In a blow for activist Julian Assange, a Swedish appeals court ruled that the arrest warrant, which would see Assange extradited back to Sweden, will be upheld. This will be the eighth time that the Swedish courts have chosen to uphold Assange’s warrant.
The arrest warrants were issued in 2010 and are related to charges of rape and molestation, which Julian Assange allegedly committed against two women. After a British court ruled in favor of extraditing Julian to Sweden in 2012, he fled to the Ecuadorian embassy in London. Ecuador gave him political asylum, and Assange has lived in the embassy ever since.
The Swedish court also rejected a U.N. panel’s declaration which stated that Julian Assange was being “arbitrarily detained” and noted that the declaration was non-binding.
Julian claims that he is innocent of the rape charges, but believes that if he were to be extradited to Sweden, the Swedish government would extradite him to the United States to answer espionage charges relating to his role with WikiLeaks. WikiLeaks stated on Twitter, in response to the recent ruling, that “Sweden has a long history of compromising its rule of law where the perceived interests of the United States are concerned.”
Sweden has denied that it would extradite Assange to the United States and is attempting to move the case forward, despite Julian Assange’s absence. An Ecuadorean prosecutor will interrogate Assange about the charges in the embassy in October, a move which Swedish prosecutor had rejected in the past.
Continued controversy around WikiLeaks
WikiLeaks and Assange have been a consistent source of debate among the public and the political class. Supporters view WikiLeaks as a heroic group exposing the double-dealings and shadiness of political bureaucrats around the world, while opponents see an organization which recklessly exposes important diplomatic secrets that puts lives and national security at risk.
But controversy around the group has intensified in the aftermath of the 2016 U.S. elections, as WikiLeaks has repeatedly attacked Hillary Clinton and propped up Donald Trump. Assange accused the American media of supporting Clinton a few weeks ago, and called her a “demon” who would smother the free press.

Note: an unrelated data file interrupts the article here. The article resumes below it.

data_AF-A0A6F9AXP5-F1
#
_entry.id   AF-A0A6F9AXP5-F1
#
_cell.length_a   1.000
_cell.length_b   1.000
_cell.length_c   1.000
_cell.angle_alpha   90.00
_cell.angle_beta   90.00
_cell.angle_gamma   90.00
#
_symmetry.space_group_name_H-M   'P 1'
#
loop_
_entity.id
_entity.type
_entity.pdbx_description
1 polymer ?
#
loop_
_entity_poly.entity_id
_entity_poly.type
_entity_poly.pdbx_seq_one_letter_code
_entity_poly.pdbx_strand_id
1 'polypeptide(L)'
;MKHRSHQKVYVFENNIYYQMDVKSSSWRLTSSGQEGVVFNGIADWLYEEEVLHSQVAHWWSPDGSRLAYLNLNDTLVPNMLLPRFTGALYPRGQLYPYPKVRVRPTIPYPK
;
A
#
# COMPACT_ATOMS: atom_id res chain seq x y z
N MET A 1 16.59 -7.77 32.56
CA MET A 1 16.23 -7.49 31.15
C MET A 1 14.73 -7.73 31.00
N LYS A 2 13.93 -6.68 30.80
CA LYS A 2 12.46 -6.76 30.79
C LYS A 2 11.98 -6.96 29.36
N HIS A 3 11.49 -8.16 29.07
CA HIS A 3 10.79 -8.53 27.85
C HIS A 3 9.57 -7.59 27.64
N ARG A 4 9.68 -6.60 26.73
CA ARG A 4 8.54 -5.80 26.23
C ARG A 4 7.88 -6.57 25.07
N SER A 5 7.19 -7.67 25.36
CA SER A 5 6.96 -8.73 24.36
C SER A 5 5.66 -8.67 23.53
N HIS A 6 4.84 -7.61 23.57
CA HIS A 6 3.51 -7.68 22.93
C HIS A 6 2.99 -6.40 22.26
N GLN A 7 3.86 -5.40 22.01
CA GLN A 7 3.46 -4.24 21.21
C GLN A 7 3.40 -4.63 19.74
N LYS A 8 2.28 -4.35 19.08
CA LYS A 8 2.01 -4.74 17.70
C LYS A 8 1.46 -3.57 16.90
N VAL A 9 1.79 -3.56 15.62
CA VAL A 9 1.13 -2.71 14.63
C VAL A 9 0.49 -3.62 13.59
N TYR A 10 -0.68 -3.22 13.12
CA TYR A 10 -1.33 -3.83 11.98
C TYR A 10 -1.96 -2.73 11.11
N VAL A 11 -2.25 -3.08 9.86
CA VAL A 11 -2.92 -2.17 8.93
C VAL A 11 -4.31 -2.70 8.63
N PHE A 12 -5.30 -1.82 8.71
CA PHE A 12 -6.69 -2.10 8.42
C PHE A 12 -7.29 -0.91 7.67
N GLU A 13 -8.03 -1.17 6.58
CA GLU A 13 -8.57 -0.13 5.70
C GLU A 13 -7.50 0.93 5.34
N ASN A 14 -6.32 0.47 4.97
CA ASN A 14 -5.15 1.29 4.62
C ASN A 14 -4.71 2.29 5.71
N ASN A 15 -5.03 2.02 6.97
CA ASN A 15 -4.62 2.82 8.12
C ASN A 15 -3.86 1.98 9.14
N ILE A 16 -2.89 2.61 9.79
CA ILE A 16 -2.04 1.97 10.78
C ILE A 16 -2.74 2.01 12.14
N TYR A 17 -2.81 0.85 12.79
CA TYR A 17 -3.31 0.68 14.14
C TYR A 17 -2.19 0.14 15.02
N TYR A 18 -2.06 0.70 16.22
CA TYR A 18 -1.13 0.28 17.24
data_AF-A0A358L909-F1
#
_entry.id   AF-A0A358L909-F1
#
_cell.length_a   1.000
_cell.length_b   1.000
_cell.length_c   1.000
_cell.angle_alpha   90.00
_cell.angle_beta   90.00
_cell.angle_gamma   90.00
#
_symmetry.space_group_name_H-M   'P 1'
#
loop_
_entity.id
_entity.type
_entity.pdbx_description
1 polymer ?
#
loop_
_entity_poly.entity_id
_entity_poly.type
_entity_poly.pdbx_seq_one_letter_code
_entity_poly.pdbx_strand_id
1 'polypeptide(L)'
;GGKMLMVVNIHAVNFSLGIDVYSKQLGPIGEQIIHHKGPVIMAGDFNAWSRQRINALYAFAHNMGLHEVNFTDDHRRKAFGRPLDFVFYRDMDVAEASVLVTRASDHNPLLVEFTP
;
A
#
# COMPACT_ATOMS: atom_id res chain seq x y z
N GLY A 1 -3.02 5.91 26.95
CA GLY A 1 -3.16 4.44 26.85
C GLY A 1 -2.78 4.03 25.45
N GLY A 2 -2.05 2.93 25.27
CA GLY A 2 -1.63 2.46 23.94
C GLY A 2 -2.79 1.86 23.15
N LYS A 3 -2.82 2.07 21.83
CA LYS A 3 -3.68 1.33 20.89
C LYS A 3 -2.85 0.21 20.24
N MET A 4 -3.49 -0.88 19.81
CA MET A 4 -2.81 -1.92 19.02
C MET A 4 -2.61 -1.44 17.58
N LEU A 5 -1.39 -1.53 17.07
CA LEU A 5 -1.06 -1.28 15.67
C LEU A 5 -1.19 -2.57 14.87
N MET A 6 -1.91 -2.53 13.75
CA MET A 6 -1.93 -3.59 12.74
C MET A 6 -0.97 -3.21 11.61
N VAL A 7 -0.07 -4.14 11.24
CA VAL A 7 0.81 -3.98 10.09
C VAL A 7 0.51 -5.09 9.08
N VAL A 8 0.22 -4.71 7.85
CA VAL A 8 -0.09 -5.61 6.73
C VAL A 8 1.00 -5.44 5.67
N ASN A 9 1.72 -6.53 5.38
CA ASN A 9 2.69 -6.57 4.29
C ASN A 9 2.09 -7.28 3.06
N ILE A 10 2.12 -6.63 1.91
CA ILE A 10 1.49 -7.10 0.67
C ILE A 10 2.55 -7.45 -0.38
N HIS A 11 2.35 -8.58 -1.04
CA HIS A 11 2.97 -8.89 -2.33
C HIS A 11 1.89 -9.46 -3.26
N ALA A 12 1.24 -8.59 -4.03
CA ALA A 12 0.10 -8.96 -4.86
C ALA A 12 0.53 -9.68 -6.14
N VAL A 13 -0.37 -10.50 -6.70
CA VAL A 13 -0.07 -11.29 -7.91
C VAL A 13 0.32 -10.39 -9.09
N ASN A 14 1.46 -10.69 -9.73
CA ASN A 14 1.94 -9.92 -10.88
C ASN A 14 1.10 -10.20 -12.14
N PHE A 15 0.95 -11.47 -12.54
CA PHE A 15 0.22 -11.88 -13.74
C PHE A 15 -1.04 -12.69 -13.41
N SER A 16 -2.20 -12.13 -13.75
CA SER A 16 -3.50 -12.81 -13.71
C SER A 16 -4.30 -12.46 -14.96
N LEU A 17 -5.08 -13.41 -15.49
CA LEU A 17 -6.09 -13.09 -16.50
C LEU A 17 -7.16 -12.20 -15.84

As a result of WikiLeaks’ support for Trump, some analysts wondered about a connection between the human rights group supposedly advocating for transparency and the authoritarian regime of Vladimir Putin. Trump has been incredibly friendly towards Russia throughout his entire campaign, and WikiLeaks has repeatedly leaked documents which harm the Western world at the benefit of Russia. Assange also hosted a series of broadcasts for Russian propaganda outlet Russia Today.
Julian Assange and WikiLeaks have denied that they are working together with the Russian government and have criticized American fears of Russian aggression as “neo-McCarthyite hysteria.” Assange also has dismissed claims that he is pro-Trump, and WikiLeaks has put a reward for information relating to both presidential candidates.
For now, there is the matter of Julian’s next legal move. Assange has already seen lesser charges of sexual molestation and unlawful coercion dropped last year after the statute of limitations expired. If Assange is not indicted by 2020, then he would end up seeing all charges dropped as well. However, Assange apparently intends to appeal his arrest warrant again to the Swedish Supreme Court.
Julian Assange also indicated, after learning of the court’s decision, that he would be willing to serve time in a U.S. prison if President Obama would commute the sentence of former Army private Chelsea Manning, though he did state that any sentence he received would be unjust. Manning is currently serving a 35-year prison sentence for releasing a massive amount of documents to WikiLeaks. She has been placed in solitary confinement after reportedly attempting suicide in July.
[Featured Image By Carl Court/Getty Images]